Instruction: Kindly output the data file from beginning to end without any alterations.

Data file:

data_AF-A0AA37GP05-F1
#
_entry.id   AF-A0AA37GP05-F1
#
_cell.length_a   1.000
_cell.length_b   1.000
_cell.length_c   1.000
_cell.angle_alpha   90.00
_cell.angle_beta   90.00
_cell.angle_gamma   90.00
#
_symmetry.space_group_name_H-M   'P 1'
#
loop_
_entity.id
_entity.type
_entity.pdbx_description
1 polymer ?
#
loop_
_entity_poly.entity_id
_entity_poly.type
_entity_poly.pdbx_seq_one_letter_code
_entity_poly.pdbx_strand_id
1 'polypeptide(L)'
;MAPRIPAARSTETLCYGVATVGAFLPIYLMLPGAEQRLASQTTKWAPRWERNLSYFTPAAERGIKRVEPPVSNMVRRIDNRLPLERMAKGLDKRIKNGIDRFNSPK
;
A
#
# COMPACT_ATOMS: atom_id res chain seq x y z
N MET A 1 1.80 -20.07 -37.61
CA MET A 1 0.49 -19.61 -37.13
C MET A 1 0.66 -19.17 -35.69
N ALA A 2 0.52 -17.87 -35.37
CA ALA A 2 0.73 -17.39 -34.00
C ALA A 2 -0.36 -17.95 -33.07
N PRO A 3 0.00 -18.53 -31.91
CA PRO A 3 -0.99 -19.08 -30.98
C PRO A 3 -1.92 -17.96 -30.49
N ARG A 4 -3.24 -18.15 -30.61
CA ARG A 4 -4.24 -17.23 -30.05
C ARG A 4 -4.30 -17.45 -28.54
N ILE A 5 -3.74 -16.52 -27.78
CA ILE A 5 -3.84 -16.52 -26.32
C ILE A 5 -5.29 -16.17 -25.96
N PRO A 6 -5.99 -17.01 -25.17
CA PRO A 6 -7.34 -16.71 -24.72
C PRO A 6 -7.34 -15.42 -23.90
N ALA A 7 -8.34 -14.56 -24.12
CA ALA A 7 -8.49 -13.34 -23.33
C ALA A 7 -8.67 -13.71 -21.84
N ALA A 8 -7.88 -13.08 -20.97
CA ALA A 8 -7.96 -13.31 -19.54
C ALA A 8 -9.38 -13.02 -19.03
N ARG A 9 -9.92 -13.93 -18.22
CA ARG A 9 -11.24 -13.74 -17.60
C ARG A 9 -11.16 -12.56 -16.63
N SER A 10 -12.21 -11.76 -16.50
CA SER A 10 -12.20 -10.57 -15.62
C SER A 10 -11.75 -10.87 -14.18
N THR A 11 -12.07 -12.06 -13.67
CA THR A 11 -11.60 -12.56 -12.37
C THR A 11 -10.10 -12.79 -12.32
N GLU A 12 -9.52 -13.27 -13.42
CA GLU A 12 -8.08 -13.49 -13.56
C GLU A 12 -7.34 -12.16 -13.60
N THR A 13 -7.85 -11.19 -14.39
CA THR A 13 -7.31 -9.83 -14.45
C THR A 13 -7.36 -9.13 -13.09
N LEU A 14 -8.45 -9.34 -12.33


data_AF-A0AA37GP05-F1
#
_entry.id   AF-A0AA37GP05-F1
#
_cell.length_a   1.000
_cell.length_b   1.000
_cell.length_c   1.000
_cell.angle_alpha   90.00
_cell.angle_beta   90.00
_cell.angle_gamma   90.00
#
_symmetry.space_group_name_H-M   'P 1'
#
loop_
_entity.id
_entity.type
_entity.pdbx_description
1 polymer ?
#
loop_
_entity_poly.entity_id
_entity_poly.type
_entity_poly.pdbx_seq_one_letter_code
_entity_poly.pdbx_strand_id
1 'polypeptide(L)'
;MAPRIPAARSTETLCYGVATVGAFLPIYLMLPGAEQRLASQTTKWAPRWERNLSYFTPAAERGIKRVEPPVSNMVRRIDNRLPLERMAKGLDKRIKNGIDRFNSPK
;
A
#
# COMPACT_ATOMS: atom_id res chain seq x y z
N MET A 1 1.80 -20.07 -37.61
CA MET A 1 0.49 -19.61 -37.13
C MET A 1 0.66 -19.17 -35.69
N ALA A 2 0.52 -17.87 -35.37
CA ALA A 2 0.73 -17.39 -34.00
C ALA A 2 -0.36 -17.95 -33.07
N PRO A 3 0.00 -18.53 -31.91
CA PRO A 3 -0.99 -19.08 -30.98
C PRO A 3 -1.92 -17.96 -30.49
N ARG A 4 -3.24 -18.15 -30.61
CA ARG A 4 -4.24 -17.23 -30.05
C ARG A 4 -4.30 -17.45 -28.54
N ILE A 5 -3.74 -16.52 -27.78
CA ILE A 5 -3.84 -16.52 -26.32
C ILE A 5 -5.29 -16.17 -25.96
N PRO A 6 -5.99 -17.01 -25.17
CA PRO A 6 -7.34 -16.71 -24.72
C PRO A 6 -7.34 -15.42 -23.90
N ALA A 7 -8.34 -14.56 -24.12
CA ALA A 7 -8.49 -13.34 -23.33
C ALA A 7 -8.67 -13.71 -21.84
N ALA A 8 -7.88 -13.08 -20.97
CA ALA A 8 -7.96 -13.31 -19.54
C ALA A 8 -9.38 -13.02 -19.03
N ARG A 9 -9.92 -13.93 -18.22
CA ARG A 9 -11.24 -13.74 -17.60
C ARG A 9 -11.16 -12.56 -16.63
N SER A 10 -12.21 -11.76 -16.50
CA SER A 10 -12.20 -10.57 -15.62
C SER A 10 -11.75 -10.87 -14.18
N THR A 11 -12.07 -12.06 -13.67
CA THR A 11 -11.60 -12.56 -12.37
C THR A 11 -10.10 -12.79 -12.32
N GLU A 12 -9.52 -13.27 -13.42
CA GLU A 12 -8.08 -13.49 -13.56
C GLU A 12 -7.34 -12.16 -13.60
N THR A 13 -7.85 -11.19 -14.39
CA THR A 13 -7.31 -9.83 -14.45
C THR A 13 -7.36 -9.13 -13.09
N LEU A 14 -8.45 -9.34 -12.33